Love this, and take any opportunity to play it. Have no idea at all who he is; I think, by the looks of his current website, he may well be quite naff? Evidence to the contrary? BackAgain>NDW have a section devoted to him, the Edelweiss cover is beautiful, it’s engineered by Rene Tinner (Conny Plank’s right hand man) and it’s a great track.


ASMUS TIETCHENS
‘UNTERHALTSMUSIK
(1983)

This guy has been around doing electronic music since 1965. He worked on the Cluster and Eno record and went on to put out a load of records on the (currently-being-re-evaluated label Sky). I think he’s worked with Namlook and Atom Heart recently, though that doesn’t show up in this old interview from 1992. ‘Unterhaltsmusik’ is, I kid you not, like a very florid slightly ambient Grime instrumental.


GRAUZONE
‘EISBÄR’
(1981)

Grauzone’s linchpin was one Stephan Eicher. They hailed from Switzerland, so that bundles them in with Lilliput, Yello and The Young Gods, however their aesthetic is pure NDW. ‘Eisbär’ is extremely sparse, clinical, majestic synth rock. It’s the production sound which sucks you in. This track, and indeed everything on the Sunrise Tapes compilation sounds way ahead of its time.


STAHLNETZ
WIR SIND GLÜCKLICH
(1982)

Extremely hip and rare bit of New Wave synthery. ‘We are Happy’ is an emblematic dancefloor chant. The sound is reminiscent of The Stranglers albeit in a band-in-a-box style.

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CHRISTIANE F
‘WUNDERBAR’
(1982)

At school I was shown the Christiana F movie by my tutor as a means of dissuading me from taking hard drugs. If you haven’t seen it, it’s the filmed version of Christiana’s biography detailing her descent in Heroin addiction at the age of 13. I don’t remember paying much attention to the message that was intended to be drummed into me (though I’ve never taken smack, so maybe it sunk in on some level?) but was pretty seduced by the culture depicted and the great Berlin-era Bowie soundtrack. I didn’t know until earlier this year, upon hearing the brilliant ‘Wunderbar’ on the Berlin80 compilation that she’d made a record. ‘Wunderbar’ is a pallidly, attractively left-footed disco track, and it reminds of Vivian Goldman’s ‘Launderette’ for lots of reasons.


GEILE TIERE
‘LIEBST DU MICH?
(1981)

Extremely scary post-Suicide terror beats twinned to a compulsive bassline. On the back cover the artists crouch beside some animistically daubed wall, one dressed like a muhajadin warrior. I know practically nothing about them, but this is pretty uncompromising stuff. My interest in most of these tracks betraying my post-Acid House tastes.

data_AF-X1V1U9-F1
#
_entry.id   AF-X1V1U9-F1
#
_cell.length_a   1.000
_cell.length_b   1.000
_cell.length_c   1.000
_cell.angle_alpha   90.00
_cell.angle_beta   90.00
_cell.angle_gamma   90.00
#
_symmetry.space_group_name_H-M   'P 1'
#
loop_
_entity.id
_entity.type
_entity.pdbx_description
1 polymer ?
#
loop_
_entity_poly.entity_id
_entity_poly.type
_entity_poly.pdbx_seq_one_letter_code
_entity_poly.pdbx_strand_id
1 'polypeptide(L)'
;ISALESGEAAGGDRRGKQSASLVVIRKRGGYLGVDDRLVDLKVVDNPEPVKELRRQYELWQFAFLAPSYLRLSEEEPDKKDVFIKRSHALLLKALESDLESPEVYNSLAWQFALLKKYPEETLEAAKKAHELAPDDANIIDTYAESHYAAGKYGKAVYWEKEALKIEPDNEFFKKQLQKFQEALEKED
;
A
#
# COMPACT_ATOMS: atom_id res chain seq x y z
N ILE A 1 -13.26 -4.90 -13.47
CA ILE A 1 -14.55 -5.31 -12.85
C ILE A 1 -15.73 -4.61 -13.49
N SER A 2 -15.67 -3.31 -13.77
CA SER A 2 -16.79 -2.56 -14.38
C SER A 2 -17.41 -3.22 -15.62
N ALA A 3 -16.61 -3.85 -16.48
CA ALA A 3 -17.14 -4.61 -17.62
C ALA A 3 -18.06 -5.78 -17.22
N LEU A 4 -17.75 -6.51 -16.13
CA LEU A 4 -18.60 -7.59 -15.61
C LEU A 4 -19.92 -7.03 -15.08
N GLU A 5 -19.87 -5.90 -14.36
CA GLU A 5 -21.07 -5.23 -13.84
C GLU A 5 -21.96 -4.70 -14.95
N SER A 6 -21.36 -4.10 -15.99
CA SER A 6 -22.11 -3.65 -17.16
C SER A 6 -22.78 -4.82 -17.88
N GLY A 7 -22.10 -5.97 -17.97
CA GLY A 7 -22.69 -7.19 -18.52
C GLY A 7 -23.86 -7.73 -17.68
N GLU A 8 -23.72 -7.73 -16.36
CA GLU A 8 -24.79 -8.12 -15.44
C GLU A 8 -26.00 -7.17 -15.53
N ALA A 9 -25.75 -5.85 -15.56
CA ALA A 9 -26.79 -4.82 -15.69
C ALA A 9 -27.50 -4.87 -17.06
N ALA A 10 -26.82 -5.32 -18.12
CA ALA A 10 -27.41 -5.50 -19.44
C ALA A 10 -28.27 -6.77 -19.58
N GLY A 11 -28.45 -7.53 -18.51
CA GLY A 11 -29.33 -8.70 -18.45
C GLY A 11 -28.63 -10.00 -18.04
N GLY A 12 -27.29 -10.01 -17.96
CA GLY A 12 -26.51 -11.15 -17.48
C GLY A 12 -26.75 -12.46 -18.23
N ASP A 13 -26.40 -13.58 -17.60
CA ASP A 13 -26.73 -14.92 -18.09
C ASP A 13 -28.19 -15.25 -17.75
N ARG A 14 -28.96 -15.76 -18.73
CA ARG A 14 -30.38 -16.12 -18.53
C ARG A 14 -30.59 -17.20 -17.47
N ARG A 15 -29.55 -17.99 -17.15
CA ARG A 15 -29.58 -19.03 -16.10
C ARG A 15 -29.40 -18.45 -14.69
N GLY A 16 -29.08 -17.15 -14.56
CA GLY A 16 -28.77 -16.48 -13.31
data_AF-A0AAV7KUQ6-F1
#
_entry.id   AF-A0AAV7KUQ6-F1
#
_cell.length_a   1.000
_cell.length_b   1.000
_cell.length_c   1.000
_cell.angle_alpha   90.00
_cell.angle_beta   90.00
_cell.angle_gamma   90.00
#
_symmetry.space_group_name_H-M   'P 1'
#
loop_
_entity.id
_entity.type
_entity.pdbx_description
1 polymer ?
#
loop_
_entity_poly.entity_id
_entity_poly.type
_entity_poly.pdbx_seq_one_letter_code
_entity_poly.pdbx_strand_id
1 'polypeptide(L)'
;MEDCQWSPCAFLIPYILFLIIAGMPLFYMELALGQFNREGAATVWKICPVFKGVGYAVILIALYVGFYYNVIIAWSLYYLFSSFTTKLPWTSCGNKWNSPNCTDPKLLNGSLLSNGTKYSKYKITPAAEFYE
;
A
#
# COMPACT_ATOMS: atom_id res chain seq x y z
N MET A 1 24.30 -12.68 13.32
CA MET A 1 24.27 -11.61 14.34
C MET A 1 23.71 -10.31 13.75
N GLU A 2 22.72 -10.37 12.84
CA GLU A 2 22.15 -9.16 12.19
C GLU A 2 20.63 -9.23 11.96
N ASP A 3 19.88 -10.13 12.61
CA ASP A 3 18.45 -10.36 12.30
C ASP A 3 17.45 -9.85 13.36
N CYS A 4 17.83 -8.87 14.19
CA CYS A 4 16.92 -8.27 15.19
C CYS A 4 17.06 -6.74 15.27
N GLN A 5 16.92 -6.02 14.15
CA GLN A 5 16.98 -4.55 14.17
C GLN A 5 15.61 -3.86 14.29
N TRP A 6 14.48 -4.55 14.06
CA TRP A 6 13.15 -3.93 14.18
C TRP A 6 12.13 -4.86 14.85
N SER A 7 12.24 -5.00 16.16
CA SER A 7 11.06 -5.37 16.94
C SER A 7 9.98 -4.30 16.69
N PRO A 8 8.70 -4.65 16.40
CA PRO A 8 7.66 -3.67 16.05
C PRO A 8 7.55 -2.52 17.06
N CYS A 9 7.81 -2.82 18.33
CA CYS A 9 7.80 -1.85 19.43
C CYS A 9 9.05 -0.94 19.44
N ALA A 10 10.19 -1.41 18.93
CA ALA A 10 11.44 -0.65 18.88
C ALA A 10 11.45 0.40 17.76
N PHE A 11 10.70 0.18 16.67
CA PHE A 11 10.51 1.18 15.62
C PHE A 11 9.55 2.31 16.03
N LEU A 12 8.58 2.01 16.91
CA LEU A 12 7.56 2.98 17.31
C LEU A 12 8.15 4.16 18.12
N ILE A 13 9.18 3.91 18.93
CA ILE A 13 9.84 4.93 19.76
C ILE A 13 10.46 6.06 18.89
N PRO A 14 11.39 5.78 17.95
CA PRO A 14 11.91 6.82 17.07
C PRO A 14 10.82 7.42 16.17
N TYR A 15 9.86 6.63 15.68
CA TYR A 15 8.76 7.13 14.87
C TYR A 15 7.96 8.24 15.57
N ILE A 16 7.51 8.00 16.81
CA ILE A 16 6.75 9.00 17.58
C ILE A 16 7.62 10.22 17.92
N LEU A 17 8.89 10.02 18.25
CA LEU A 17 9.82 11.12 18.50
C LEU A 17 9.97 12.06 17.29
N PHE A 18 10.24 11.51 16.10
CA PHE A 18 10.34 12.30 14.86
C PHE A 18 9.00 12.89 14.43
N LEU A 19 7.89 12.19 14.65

BAL PARÉ
‘RAUMPATROUILLE
(1983)

This conjoures to my mind noir-ish images of old BMWs haring round the Deutsche suburbs. Bal Paré was the synthesiser-pop reincarnation of Matthias Schuster. One of the key figures in Underground NDW, Schuster started out in the band Geisterfahrer, provided production work on Andreas Dorau’s Fred Vom Jupiter, did some landmark solo music and also was behind the cult outfit Bal Paré, who the cognoscenti discuss in hallowed terms. He’s tied in with the quite excellent Konkurrenz label which is the counterpart to 99 records or Y. Set up by the painter Hans Richter’s grandson Tommy, it had a stunning pedigree, even before they started releasing stuff!


FOYER DES ARTS
‘WOLFRAM SIEBECK HAT RECHT’
(1982)

The early minimal records by these people (this record and ‘Wissenswertes uber Erlangen’) with their Jarry-esque covers are great. I think, later in the 1980s, they even managed to get on the Peel show.

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EXKURS
‘NATUR
(1981)

The LP Fakten sind Terror could quite easily be appended to the “must-buy” list I made earlier on. As powerful as, and not dissimilar to, records like Unknown Pleasures and Metal Box, its eight tracks are quite stunning. I’ve often thought that Blixa Bargeld’s delivery, especially circa Kalte Stern, owes a lot to the vocals here. Again on Konkurrenz and it has been reissued on NLW.


CARMEN
‘SCHLARAFFENLAND
(1982)

Anthologised on the first, solid, Teutonik Disaster compilation. I’ve always loved this, pure Teuton Clunk-Funk like the Christiane F track. I’m delighted that I just managed to find a copy of this. Carmen Gaspar was a former member of the Marinas and also sung on Pyrolator’s Ausland.


SCHON
‘PURE DESIGN
(1983)